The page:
Blame it on the girls
Director/Writer: Tara Subkoff / Cast: Chloë Sevigny, Timothy Hutton, Sadie Seelert, Bridget McGarry, Hayley Murphy, Mina Sundwall, Emma Adler, Blue Lindberg, Taryn Manning, Natasha Lyonne, Balthazar Getty.
Body Count: 7
Laughter Lines: “If he’s so rich, why does he dress like that? He looks like Hitler.”
I read an article a couple of years ago where psychologists stated that childhood ‘ends’ at age 11. Hence, while all manner of organisations, parents’ groups, and what have you bleat on about protecting the children, up until they’re, say, sixteen, the kids have all but stopped being kids.
#Horror is a weird and difficult film to classify. Creator Subkoff conceived the idea based on a conversation with a friends daughter, who, when asked what horror was to her, filled Subkoff in on her cyberbullying experiences.
In the film, 12-year-old scholarship girl Sam is sort-of invited to a slumber party at rich girl Sofia Cox’s arty house in the middle of nowhere, one snowy December day. Sam’s only friend is Cat, who it seems has become slightly unhinged since the death of her mother, and whose father is ultra-controlling.
The other four girls are, like the hostess, nasty children of equally nasty parents, who spend their time bitching about how their last house was bigger and, uniformally, cannot be without their phones for more than a matter of seconds, with which they video or photograph everything, competing in a social media site that gives them points based on popularity. It’s all that matters.
The girls communicate via the medium of put-down (their rule is that if anybody laughs, it’s not mean), bubbling over until Cat is thrown out by the others after she goes too far insulting the requisite tubby girl. Sam convinces the others to lock away their phones for an hour while Sofia’s mother (Sevigny) is at an AA meeting. At this point, they’re forced to open up and have a sub-Breakfast Club conversation about parents who ignore them, divorces, first periods, first kisses… But it doesn’t last: “There’s nothing to do without our phones.”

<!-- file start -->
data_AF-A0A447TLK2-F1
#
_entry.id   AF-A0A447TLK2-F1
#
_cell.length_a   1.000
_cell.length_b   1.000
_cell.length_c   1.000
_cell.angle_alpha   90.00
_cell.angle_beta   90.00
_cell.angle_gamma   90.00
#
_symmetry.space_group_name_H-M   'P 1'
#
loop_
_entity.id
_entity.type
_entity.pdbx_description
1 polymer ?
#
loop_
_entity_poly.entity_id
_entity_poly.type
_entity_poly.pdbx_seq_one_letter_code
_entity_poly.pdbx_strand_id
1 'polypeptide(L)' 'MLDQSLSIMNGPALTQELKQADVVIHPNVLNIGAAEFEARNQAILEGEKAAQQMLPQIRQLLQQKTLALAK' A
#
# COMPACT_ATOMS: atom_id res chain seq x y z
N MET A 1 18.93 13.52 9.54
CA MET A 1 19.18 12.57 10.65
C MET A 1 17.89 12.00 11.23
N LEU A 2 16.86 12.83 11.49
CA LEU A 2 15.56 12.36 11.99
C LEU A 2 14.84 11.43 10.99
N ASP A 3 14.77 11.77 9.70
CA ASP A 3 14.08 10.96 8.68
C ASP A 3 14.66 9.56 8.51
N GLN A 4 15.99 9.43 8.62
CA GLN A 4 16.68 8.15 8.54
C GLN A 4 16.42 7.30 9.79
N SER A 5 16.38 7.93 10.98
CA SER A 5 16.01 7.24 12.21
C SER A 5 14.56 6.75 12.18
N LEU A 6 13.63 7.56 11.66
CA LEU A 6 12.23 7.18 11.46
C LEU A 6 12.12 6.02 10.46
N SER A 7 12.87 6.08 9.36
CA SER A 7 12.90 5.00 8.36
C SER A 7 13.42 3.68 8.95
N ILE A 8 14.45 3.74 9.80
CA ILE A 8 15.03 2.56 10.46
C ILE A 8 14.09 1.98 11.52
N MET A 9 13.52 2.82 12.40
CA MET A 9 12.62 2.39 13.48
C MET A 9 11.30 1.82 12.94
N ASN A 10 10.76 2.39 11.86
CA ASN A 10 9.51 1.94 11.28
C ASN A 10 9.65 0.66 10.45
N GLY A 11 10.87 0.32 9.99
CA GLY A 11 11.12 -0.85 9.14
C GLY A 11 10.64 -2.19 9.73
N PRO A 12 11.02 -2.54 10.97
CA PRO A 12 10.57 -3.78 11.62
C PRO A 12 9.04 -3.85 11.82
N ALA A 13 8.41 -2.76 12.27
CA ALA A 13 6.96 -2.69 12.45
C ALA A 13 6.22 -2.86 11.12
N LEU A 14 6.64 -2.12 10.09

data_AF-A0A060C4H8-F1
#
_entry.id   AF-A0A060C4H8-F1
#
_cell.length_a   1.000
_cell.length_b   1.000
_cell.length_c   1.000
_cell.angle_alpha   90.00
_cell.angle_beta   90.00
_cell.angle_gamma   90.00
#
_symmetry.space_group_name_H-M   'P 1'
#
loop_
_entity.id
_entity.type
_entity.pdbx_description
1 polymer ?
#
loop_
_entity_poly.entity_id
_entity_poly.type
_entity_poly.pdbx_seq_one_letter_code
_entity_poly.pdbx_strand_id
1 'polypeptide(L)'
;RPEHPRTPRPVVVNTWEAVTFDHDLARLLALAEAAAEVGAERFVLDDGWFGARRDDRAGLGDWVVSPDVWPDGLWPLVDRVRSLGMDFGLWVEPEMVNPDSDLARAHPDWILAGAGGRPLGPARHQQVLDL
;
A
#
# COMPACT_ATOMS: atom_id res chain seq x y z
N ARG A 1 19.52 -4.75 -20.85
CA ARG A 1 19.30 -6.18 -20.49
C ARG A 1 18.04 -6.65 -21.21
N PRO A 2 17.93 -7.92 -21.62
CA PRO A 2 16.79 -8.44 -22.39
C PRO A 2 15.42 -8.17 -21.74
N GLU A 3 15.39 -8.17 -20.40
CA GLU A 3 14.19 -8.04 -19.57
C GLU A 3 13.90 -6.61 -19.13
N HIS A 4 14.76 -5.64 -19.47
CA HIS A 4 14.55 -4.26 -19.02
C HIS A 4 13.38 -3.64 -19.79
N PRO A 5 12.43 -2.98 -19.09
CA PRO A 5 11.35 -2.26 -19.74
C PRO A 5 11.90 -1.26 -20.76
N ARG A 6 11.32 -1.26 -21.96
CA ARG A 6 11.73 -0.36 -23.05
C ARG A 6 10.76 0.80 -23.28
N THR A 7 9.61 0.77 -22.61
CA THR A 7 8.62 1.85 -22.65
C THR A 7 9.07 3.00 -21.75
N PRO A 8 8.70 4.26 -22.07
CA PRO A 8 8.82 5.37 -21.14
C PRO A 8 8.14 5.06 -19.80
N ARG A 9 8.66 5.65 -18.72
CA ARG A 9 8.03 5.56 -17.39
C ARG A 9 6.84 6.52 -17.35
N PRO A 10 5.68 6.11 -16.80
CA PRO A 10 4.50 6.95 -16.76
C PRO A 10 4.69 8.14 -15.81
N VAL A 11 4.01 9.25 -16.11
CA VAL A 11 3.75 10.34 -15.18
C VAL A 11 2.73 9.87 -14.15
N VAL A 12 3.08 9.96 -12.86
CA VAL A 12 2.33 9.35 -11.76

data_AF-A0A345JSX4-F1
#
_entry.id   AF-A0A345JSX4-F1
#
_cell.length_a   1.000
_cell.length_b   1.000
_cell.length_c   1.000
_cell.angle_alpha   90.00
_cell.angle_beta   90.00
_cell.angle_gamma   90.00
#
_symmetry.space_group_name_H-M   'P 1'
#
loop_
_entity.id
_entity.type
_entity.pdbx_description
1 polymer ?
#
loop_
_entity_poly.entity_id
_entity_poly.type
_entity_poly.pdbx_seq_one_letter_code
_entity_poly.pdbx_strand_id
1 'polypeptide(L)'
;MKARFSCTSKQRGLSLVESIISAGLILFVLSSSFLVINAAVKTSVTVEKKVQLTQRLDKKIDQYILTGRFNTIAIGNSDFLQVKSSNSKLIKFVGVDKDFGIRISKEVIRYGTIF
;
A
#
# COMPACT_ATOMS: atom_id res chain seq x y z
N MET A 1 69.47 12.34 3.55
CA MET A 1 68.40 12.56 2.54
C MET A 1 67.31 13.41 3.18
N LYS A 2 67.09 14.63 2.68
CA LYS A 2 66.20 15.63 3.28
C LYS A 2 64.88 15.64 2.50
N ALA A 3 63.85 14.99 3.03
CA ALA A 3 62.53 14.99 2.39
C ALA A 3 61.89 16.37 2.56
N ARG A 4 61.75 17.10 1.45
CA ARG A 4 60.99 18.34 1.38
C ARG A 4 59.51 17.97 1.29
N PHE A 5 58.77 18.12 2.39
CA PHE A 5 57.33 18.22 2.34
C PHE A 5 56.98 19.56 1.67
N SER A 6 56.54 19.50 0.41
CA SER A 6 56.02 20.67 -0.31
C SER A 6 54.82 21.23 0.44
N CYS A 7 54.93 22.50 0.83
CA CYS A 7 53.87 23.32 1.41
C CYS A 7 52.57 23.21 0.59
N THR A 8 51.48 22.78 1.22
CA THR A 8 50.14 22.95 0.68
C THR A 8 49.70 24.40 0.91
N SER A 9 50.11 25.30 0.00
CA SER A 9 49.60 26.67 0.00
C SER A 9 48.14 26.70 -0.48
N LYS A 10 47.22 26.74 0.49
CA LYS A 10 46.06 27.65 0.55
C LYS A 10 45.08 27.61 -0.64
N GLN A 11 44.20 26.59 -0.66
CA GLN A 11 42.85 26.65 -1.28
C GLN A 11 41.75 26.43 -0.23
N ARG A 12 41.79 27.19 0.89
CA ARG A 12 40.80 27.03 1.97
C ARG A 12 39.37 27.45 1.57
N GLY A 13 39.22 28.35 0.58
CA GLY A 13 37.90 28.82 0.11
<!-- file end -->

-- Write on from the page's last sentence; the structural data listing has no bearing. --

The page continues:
Cat’s father crashes in looking for his daughter, trying to scare some sense into the girls. Sam goes to look for Cat in vain, and discovers the body of Sofia’s father, who was slashed up at the beginning and, eventually, the killer goes after the girls in the last twenty minutes or so.
Unpleasant characters abound, both adult and child, with Sam the only halfway decent one, and even she shies away from doing the right thing at the right time, so desperate to fit in she goes along with the others’ cruelty.
Mixed to bad reviews are indicative of a problematic film, mainly because it doesn’t adhere to any set genre and only becomes a slasher film at the very end, but the message is clear that social media is the big villain over and above any nut in a mask, that tweens, girls in particular it would seem, are so vulnerable they’re willing to sacrifice any real friendships in favour of ‘likes’.
A cross between Welcome to the Dollhouse and last year’s Facebook-kills flick Unfriended, with a few visual elements of Scott Pilgrim. Just remember it’s an art film before a horror film, title be damned. And fortunately my 12-year-old niece can just about be pried apart from her phone.